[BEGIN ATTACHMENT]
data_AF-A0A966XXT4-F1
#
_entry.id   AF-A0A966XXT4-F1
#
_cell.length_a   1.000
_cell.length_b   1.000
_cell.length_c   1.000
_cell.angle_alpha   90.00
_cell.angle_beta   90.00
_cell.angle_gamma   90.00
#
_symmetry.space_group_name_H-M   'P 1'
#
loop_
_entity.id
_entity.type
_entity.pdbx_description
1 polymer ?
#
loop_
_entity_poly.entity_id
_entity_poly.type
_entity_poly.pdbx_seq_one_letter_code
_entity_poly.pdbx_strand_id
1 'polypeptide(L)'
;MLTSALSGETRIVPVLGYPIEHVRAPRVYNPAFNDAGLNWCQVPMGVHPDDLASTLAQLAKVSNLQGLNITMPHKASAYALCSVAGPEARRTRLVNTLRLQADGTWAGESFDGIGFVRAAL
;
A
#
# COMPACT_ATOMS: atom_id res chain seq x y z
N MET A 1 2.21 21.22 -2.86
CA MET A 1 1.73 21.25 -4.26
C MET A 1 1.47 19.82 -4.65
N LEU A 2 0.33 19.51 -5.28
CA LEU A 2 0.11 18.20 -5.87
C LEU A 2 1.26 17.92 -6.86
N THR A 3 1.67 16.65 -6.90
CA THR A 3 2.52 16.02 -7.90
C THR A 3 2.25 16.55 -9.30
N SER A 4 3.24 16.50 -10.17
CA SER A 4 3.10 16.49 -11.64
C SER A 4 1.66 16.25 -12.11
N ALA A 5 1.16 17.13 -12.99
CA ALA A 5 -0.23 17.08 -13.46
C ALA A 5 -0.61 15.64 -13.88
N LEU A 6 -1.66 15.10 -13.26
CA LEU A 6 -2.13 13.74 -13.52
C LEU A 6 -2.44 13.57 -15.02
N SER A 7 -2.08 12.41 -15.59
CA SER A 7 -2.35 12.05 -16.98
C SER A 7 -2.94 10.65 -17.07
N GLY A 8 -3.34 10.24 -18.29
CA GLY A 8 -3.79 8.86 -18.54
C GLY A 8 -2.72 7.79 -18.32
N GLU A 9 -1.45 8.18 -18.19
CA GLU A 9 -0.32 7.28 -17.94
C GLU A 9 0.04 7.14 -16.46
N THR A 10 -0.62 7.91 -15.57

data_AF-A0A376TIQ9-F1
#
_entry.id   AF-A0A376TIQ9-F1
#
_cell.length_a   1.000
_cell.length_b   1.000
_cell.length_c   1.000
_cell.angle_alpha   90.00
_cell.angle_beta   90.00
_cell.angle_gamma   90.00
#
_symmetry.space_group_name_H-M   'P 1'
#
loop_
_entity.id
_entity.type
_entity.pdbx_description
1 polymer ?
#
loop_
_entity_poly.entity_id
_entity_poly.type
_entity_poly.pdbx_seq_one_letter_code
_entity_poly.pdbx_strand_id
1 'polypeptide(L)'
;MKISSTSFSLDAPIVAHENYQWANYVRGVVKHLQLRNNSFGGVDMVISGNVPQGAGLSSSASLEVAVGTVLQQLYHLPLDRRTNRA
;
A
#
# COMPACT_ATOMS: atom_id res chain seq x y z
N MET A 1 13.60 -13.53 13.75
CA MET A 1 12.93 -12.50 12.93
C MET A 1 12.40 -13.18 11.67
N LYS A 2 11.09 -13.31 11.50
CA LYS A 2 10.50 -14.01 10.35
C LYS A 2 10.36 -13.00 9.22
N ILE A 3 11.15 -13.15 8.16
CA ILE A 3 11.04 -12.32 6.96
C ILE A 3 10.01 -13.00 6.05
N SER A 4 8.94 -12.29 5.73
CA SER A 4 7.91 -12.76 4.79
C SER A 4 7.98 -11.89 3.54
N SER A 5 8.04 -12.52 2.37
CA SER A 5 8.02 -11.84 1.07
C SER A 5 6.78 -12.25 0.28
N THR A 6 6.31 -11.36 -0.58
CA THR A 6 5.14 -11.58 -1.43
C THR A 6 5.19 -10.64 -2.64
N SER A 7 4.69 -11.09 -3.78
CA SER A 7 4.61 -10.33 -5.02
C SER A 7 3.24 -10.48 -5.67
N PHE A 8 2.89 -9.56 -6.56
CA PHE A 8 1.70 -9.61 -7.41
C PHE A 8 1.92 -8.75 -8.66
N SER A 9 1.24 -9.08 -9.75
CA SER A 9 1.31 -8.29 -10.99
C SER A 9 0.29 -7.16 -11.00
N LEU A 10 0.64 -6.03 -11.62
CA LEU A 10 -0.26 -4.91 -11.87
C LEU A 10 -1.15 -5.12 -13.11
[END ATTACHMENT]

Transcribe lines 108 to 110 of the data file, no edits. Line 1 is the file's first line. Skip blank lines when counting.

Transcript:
CA SER A 7 4.61 -10.33 -5.02
C SER A 7 3.24 -10.48 -5.67
N PHE A 8 2.89 -9.56 -6.56